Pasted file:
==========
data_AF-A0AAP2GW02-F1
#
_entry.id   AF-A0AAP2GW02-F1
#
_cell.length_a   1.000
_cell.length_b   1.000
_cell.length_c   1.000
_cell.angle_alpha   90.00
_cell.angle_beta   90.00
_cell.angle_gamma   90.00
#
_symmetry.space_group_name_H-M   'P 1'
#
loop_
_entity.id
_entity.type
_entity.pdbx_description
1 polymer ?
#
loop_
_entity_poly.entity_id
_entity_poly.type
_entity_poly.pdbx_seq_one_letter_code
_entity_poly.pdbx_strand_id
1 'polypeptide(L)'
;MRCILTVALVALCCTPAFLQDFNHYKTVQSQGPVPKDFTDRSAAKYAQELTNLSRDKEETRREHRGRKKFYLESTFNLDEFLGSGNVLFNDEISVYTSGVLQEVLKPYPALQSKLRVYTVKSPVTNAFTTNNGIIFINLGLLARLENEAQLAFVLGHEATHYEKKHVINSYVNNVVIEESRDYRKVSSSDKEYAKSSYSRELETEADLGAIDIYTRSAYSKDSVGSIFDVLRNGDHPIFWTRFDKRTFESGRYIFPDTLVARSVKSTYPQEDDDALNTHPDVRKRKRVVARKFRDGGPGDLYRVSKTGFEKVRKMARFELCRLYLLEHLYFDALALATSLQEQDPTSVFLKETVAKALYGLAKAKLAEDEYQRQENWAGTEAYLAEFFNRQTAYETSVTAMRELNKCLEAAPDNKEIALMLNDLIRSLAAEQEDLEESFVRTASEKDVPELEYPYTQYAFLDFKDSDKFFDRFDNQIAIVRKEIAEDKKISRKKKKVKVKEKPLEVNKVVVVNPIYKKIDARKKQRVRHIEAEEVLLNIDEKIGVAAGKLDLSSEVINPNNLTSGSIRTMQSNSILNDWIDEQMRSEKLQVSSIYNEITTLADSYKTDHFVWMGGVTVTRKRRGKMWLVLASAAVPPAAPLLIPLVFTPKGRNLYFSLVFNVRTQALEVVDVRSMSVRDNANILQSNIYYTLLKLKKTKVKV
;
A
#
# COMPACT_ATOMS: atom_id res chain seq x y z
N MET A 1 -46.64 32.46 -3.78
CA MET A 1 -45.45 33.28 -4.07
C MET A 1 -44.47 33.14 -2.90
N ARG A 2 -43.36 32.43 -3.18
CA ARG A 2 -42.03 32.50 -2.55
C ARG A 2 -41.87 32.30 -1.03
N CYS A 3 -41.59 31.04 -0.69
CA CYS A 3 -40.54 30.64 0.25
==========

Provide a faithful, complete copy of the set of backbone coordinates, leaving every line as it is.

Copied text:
data_AF-A0AAP2GW02-F1
#
_entry.id   AF-A0AAP2GW02-F1
#
_cell.length_a   1.000
_cell.length_b   1.000
_cell.length_c   1.000
_cell.angle_alpha   90.00
_cell.angle_beta   90.00
_cell.angle_gamma   90.00
#
_symmetry.space_group_name_H-M   'P 1'
#
loop_
_entity.id
_entity.type
_entity.pdbx_description
1 polymer ?
#
loop_
_entity_poly.entity_id
_entity_poly.type
_entity_poly.pdbx_seq_one_letter_code
_entity_poly.pdbx_strand_id
1 'polypeptide(L)'
;MRCILTVALVALCCTPAFLQDFNHYKTVQSQGPVPKDFTDRSAAKYAQELTNLSRDKEETRREHRGRKKFYLESTFNLDEFLGSGNVLFNDEISVYTSGVLQEVLKPYPALQSKLRVYTVKSPVTNAFTTNNGIIFINLGLLARLENEAQLAFVLGHEATHYEKKHVINSYVNNVVIEESRDYRKVSSSDKEYAKSSYSRELETEADLGAIDIYTRSAYSKDSVGSIFDVLRNGDHPIFWTRFDKRTFESGRYIFPDTLVARSVKSTYPQEDDDALNTHPDVRKRKRVVARKFRDGGPGDLYRVSKTGFEKVRKMARFELCRLYLLEHLYFDALALATSLQEQDPTSVFLKETVAKALYGLAKAKLAEDEYQRQENWAGTEAYLAEFFNRQTAYETSVTAMRELNKCLEAAPDNKEIALMLNDLIRSLAAEQEDLEESFVRTASEKDVPELEYPYTQYAFLDFKDSDKFFDRFDNQIAIVRKEIAEDKKISRKKKKVKVKEKPLEVNKVVVVNPIYKKIDARKKQRVRHIEAEEVLLNIDEKIGVAAGKLDLSSEVINPNNLTSGSIRTMQSNSILNDWIDEQMRSEKLQVSSIYNEITTLADSYKTDHFVWMGGVTVTRKRRGKMWLVLASAAVPPAAPLLIPLVFTPKGRNLYFSLVFNVRTQALEVVDVRSMSVRDNANILQSNIYYTLLKLKKTKVKV
;
A
#
# COMPACT_ATOMS: atom_id res chain seq x y z
N MET A 1 -46.64 32.46 -3.78
CA MET A 1 -45.45 33.28 -4.07
C MET A 1 -44.47 33.14 -2.90
N ARG A 2 -43.36 32.43 -3.18
CA ARG A 2 -42.03 32.50 -2.55
C ARG A 2 -41.87 32.30 -1.03
N CYS A 3 -41.59 31.04 -0.69
CA CYS A 3 -40.54 30.64 0.25